Latitude Festival 2011: Eels
Having seen Eels a fortnight prior to Latitude at Main Square Festival, I was appropriately excited for the sublime set I knew was in store. It was a performance that converted me from a casual fan to a full on screaming teenage girl.
Mark Oliver Everett's life has been blighted by tragedy, much of which has been the influence behind his 13 albums. His lyrical black humour, gruff vocals and rock n' roll style instrumentation translates well on stage but what makes E's performance really special is the emphasis on entertainment. The band is visually fantastic, with each member looking identical to E's new image of world's best beard, shades and suits, complete with a brass duo. E himself is not only a brilliant musician, but massively funny. Indeed, moreso than the vast majority of comedians booked for Latitude. Everett filled the gaps in songs with one-liners such as 'They love us!' and revealing that among Knuckles the drummer's favourite things on Earth happens to be 'your local sports team'. This line came shortly before Knuckles burst out in song; a song that was purely about himself.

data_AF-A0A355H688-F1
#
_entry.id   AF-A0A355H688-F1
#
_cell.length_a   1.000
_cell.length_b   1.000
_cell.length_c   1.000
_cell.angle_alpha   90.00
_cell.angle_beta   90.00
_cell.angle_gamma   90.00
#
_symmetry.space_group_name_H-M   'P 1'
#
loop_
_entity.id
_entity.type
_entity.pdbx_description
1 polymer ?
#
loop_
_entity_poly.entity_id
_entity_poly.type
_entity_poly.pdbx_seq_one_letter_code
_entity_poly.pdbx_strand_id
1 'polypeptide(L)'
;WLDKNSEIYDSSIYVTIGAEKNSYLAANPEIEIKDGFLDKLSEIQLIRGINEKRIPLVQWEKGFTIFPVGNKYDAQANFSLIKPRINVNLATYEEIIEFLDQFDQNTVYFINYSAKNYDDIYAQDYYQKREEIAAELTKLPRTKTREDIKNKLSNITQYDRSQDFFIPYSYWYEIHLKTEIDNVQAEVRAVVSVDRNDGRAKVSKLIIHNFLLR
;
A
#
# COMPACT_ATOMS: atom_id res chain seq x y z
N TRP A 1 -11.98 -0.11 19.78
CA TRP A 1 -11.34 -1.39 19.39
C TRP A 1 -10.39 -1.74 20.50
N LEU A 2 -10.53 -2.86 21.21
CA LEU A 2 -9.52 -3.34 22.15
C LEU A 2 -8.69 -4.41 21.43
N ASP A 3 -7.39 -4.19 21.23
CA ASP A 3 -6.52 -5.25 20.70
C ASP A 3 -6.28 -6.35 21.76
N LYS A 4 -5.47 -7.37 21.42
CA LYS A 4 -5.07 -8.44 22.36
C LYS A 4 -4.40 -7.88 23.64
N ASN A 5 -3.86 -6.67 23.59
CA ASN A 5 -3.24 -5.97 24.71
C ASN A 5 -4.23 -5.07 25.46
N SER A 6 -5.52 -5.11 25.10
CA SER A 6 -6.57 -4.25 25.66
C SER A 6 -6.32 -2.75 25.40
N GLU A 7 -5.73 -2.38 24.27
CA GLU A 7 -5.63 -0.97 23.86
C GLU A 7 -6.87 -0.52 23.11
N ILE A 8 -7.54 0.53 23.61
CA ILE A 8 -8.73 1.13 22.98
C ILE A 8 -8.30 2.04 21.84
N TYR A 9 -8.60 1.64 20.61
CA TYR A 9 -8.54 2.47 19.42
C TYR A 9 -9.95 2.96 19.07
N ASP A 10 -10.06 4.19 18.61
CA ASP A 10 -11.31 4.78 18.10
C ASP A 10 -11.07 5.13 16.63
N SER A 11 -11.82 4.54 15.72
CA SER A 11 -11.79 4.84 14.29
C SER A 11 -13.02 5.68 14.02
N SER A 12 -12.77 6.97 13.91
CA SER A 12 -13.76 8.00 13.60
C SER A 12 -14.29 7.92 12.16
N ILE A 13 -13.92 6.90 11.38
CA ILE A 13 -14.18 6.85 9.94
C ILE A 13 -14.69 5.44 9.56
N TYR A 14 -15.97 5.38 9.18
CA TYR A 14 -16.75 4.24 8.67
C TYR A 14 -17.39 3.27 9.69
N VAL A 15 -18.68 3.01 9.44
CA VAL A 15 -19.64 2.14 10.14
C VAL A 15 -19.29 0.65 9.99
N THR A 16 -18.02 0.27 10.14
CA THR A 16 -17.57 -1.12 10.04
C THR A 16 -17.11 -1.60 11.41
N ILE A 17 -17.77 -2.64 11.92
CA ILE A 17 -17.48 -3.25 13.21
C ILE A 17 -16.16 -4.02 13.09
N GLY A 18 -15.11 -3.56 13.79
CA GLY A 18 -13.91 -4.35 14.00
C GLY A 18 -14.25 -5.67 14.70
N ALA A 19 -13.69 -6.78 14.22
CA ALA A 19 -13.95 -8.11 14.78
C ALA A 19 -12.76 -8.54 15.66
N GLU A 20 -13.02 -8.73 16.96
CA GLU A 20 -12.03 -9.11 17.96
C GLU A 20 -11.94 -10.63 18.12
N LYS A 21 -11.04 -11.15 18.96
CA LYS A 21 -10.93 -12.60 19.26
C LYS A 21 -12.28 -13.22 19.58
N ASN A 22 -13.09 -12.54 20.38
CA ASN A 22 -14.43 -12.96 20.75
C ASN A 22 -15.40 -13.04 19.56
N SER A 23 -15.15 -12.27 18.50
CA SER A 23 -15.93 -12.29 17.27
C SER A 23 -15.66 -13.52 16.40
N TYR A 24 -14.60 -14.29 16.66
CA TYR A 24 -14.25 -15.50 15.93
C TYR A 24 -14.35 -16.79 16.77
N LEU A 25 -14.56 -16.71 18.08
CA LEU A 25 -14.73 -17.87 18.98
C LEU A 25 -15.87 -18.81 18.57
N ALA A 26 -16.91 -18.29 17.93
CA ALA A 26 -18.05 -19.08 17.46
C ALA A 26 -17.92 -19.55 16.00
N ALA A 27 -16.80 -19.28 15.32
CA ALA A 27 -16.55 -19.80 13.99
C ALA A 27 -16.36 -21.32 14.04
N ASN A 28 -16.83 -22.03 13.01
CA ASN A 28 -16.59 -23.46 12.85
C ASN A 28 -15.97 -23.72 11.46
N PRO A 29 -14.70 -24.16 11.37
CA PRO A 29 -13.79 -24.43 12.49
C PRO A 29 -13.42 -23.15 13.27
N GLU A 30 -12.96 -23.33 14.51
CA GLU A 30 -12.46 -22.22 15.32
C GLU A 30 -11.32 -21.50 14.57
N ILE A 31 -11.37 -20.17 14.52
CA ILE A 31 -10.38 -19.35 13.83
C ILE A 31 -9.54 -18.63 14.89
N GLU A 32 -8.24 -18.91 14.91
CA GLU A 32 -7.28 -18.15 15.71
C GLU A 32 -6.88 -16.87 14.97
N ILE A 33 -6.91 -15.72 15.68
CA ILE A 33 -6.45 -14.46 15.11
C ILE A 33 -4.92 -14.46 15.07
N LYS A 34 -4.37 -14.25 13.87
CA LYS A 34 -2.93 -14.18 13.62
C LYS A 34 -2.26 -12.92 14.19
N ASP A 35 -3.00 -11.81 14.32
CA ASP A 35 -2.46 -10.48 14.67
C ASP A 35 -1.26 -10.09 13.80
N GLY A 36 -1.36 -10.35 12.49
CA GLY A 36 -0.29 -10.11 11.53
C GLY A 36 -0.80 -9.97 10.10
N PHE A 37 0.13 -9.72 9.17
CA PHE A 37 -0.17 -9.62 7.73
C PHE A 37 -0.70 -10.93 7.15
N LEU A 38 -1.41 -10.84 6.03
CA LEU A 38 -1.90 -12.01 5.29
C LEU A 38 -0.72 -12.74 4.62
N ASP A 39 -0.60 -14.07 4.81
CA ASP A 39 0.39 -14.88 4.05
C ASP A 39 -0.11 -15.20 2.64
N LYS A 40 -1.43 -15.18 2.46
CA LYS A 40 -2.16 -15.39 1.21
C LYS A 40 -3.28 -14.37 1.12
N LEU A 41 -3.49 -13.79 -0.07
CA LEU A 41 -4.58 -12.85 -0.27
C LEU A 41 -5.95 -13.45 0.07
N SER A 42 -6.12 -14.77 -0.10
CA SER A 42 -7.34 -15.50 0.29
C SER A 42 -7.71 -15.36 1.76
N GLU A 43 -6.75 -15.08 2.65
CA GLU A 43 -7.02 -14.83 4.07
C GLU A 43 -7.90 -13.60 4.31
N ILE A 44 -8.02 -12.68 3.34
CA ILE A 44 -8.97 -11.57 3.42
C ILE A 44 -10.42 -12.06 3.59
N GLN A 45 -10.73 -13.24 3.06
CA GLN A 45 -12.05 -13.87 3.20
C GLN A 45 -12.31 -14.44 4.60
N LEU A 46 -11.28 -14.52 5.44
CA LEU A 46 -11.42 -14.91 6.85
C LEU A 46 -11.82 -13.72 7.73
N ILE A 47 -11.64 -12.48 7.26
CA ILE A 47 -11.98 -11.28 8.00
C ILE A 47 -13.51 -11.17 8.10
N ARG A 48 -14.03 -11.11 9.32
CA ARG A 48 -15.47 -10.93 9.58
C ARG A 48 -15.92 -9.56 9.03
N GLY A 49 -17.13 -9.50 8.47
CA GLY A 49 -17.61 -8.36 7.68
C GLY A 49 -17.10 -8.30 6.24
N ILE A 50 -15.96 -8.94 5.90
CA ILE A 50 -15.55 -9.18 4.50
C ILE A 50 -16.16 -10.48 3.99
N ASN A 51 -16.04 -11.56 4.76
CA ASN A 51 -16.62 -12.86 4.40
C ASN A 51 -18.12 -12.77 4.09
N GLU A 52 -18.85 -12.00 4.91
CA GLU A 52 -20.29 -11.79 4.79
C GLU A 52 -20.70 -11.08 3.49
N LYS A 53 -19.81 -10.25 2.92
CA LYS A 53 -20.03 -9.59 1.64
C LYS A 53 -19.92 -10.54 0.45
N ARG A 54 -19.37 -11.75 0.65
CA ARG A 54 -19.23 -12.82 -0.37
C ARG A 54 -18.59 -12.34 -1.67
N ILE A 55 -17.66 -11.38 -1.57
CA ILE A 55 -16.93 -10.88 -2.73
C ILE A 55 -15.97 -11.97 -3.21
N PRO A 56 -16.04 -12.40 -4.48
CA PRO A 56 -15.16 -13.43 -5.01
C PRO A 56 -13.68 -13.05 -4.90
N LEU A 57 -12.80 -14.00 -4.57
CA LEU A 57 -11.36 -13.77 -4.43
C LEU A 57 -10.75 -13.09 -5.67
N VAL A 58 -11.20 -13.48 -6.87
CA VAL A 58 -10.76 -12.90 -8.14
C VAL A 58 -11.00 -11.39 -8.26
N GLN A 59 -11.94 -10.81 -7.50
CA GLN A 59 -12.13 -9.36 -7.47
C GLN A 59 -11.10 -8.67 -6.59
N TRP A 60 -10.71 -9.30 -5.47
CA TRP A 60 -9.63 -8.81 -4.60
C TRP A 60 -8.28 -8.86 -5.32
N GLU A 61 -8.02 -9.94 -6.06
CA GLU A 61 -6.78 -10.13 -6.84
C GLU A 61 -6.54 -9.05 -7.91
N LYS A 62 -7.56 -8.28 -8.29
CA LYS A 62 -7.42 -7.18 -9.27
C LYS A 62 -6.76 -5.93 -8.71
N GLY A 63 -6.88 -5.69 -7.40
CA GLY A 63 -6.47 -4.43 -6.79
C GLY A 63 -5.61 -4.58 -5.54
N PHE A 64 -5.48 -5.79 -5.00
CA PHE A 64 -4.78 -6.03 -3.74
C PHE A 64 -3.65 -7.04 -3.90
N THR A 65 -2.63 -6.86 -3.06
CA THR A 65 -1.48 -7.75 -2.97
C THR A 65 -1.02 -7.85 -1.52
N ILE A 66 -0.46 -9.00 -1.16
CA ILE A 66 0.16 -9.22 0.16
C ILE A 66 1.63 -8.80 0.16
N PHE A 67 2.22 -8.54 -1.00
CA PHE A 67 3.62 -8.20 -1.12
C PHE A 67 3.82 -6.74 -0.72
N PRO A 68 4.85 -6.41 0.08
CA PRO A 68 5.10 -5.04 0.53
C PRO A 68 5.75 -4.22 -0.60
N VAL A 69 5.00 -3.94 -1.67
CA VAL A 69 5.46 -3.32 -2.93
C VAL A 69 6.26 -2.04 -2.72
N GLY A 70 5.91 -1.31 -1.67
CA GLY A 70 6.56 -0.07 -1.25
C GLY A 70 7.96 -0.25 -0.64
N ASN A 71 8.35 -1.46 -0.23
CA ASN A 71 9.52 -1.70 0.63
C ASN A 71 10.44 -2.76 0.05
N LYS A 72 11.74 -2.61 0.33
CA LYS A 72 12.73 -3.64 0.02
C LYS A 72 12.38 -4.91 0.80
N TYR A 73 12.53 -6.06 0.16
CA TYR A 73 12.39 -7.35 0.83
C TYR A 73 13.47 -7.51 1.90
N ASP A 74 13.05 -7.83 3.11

Despite being inarguably the single coolest man on the planet, E comes across as very human through the honesty in his songs, revealing insecurity, jealousy and depression. This contributed to a sense of inclusion at the gig and added to E's all round likeableness.
Having been together since 1995, Eels attracted an array of fans of different ages, from the lifelong fans to those who heard him on the Shrek soundtrack. Performing songs spanning from the classic sing along Beautiful Freak album to the more recent Souljacker and El Hombre Lobo, the band played updated rock n' roll versions of well-known tracks such as My Beloved Monster and I Like Birds, allowing the favourites to be played but keeping it consistent with the modernised sound and image. The scripted pantomime of a performance showed a band that genuinely cared about entertainment and certainly delivered it. The lack of an encore left the crowds yearning for more, but what they received was far from dissatisfying.